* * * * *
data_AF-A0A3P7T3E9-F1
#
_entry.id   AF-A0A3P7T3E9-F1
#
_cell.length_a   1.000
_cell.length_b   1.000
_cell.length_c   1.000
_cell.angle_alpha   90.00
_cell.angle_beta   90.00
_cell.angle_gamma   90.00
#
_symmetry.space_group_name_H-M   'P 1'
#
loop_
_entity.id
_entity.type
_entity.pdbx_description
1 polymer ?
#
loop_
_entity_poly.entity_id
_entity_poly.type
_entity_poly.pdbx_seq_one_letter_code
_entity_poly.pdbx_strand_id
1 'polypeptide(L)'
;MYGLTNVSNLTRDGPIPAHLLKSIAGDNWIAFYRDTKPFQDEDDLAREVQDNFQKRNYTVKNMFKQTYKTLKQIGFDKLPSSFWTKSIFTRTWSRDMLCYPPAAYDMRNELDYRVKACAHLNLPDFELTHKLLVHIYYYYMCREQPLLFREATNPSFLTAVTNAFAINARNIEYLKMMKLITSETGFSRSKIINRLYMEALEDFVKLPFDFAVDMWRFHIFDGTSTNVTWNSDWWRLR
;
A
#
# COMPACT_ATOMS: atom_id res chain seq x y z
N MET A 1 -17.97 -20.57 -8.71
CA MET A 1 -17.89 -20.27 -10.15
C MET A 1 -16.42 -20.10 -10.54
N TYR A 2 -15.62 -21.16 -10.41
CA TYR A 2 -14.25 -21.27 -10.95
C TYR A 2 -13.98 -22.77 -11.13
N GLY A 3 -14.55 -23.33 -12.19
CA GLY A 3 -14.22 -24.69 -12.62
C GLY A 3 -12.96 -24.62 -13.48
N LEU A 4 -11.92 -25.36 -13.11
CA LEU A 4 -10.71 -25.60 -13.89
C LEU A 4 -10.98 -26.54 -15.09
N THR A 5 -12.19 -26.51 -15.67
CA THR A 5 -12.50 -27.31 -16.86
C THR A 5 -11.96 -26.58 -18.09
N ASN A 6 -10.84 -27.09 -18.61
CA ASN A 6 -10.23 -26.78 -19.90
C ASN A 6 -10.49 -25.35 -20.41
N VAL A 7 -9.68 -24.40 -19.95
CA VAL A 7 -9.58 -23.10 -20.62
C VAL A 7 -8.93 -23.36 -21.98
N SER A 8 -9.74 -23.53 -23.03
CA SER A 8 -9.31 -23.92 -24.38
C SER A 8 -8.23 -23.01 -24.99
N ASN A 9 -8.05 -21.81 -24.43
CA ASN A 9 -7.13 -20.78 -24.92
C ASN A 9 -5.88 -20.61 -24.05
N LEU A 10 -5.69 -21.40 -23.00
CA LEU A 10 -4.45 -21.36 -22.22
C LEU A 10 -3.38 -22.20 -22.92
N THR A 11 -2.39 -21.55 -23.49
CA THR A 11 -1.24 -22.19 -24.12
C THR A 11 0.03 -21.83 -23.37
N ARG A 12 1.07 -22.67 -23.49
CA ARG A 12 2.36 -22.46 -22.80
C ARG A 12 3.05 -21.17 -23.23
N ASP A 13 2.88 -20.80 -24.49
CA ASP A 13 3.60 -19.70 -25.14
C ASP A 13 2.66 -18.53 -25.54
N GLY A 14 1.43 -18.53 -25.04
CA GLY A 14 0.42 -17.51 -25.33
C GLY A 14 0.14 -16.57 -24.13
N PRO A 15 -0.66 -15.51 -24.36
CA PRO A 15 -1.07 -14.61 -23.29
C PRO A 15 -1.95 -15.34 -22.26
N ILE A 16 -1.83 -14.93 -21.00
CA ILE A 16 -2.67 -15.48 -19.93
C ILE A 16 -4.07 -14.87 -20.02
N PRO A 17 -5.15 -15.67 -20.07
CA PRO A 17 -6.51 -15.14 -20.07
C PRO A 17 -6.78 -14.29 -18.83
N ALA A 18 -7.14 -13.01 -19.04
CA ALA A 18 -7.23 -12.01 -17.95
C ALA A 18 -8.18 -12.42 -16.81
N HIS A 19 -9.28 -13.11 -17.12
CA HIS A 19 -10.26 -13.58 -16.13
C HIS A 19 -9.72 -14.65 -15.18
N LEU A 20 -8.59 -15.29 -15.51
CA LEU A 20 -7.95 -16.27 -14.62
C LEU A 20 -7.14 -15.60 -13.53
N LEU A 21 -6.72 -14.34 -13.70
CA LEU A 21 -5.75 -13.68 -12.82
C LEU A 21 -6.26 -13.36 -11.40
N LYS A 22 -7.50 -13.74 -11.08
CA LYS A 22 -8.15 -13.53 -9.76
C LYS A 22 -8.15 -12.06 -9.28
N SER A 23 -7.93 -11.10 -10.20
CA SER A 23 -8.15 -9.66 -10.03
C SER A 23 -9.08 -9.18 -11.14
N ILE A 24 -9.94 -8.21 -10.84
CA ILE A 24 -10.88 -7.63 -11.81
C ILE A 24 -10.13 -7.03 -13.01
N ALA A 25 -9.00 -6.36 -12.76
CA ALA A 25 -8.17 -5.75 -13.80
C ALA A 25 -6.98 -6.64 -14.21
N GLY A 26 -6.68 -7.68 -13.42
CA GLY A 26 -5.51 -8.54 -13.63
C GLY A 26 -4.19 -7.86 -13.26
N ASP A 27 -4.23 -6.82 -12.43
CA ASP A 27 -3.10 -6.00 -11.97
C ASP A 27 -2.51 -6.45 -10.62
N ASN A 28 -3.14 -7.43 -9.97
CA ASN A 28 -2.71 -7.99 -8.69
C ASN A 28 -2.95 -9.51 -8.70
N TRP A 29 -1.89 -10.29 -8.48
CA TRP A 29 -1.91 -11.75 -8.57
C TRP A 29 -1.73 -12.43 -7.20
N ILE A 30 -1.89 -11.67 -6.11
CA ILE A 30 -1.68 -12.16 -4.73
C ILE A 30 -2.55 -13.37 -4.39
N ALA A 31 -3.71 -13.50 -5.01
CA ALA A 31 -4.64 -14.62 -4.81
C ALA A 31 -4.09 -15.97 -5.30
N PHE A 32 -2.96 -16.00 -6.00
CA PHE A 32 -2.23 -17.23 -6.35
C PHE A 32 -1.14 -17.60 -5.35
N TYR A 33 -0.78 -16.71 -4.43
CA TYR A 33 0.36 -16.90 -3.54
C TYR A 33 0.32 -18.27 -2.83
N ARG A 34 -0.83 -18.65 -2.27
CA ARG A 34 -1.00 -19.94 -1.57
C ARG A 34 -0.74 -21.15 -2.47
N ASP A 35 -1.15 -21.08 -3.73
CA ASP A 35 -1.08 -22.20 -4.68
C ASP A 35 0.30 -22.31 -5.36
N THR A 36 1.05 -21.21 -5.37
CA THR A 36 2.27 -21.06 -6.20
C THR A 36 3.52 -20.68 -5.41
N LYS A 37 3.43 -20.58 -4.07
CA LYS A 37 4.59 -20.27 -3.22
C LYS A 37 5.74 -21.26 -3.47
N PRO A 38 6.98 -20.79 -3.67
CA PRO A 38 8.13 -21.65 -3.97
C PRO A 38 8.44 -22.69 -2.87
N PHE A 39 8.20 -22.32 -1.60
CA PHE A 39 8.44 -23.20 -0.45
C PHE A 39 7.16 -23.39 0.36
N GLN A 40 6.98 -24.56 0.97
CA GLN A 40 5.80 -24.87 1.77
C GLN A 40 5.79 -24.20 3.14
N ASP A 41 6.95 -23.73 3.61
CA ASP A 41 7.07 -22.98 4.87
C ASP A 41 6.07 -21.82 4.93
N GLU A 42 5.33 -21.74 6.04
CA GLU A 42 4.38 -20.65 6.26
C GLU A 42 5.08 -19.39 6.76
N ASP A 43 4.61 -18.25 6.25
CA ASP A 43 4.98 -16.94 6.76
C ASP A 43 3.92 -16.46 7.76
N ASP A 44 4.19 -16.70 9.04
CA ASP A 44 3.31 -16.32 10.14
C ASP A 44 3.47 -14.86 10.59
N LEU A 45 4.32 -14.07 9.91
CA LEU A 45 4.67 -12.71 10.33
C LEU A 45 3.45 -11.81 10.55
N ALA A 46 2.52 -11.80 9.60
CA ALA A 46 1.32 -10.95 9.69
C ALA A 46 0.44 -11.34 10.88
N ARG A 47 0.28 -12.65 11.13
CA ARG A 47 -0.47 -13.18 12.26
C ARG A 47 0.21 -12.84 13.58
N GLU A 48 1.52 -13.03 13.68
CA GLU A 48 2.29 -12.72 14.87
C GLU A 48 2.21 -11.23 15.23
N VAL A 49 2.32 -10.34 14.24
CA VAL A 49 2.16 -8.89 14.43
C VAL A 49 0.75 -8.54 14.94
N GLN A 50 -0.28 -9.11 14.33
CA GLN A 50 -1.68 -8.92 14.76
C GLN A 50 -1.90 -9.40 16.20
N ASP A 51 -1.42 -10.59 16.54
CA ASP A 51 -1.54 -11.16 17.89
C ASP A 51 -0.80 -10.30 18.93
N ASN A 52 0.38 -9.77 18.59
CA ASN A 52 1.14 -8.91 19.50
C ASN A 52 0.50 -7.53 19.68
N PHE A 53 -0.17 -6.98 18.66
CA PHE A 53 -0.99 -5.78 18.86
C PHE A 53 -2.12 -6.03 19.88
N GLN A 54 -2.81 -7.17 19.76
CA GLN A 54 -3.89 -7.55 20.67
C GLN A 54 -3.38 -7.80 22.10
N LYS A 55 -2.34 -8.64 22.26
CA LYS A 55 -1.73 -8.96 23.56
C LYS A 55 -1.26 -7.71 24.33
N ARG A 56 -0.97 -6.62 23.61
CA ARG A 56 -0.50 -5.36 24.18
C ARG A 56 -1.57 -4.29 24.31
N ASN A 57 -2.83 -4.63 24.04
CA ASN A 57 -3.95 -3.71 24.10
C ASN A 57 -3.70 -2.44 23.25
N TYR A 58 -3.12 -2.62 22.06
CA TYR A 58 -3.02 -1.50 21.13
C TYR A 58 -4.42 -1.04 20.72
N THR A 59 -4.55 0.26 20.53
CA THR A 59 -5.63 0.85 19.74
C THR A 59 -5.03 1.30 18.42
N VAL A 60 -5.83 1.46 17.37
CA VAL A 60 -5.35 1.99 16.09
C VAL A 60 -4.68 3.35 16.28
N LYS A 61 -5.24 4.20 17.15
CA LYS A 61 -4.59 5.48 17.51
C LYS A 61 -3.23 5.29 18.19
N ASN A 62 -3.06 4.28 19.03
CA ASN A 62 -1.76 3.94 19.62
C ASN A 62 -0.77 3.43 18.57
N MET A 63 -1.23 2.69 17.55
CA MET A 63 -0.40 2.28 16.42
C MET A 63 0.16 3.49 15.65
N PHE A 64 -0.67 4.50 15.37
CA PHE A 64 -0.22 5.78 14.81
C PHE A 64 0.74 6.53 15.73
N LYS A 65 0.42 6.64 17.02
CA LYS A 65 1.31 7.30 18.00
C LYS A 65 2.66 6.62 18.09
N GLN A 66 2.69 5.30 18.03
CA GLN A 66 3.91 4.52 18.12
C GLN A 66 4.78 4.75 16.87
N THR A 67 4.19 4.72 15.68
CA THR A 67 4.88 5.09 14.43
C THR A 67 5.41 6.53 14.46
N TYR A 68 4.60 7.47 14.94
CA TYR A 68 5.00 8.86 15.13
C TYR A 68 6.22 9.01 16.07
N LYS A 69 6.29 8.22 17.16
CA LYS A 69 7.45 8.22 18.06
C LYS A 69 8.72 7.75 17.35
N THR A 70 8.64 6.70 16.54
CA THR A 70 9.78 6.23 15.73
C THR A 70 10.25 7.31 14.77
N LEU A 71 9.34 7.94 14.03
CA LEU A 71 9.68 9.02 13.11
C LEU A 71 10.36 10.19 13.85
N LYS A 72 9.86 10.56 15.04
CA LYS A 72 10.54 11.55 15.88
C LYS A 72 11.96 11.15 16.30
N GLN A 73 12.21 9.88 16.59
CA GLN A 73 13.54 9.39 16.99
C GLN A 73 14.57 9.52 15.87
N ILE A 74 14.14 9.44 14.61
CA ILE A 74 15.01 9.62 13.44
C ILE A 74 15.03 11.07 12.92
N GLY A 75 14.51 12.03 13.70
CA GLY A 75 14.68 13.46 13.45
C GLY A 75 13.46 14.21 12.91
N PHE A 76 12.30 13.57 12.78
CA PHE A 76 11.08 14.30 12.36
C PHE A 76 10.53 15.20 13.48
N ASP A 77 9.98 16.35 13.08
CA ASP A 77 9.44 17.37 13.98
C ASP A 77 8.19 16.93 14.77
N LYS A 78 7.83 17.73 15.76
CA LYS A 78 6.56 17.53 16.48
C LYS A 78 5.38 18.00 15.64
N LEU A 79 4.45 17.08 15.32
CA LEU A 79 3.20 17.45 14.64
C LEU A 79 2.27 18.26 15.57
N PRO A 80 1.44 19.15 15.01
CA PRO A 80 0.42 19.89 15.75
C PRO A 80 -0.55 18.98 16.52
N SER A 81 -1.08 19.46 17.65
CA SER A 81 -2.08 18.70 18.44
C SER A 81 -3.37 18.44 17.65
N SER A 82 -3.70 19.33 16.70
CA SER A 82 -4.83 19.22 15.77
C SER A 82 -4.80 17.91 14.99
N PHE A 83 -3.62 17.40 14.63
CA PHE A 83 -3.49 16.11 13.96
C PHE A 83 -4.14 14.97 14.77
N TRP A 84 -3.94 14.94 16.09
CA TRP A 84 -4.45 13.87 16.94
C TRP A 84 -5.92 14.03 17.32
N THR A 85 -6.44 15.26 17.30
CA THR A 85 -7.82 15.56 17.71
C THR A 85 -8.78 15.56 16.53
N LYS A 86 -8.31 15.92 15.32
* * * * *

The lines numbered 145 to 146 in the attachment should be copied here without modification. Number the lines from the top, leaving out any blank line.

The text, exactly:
N PHE A 39 8.20 -22.32 -1.60
CA PHE A 39 8.44 -23.20 -0.45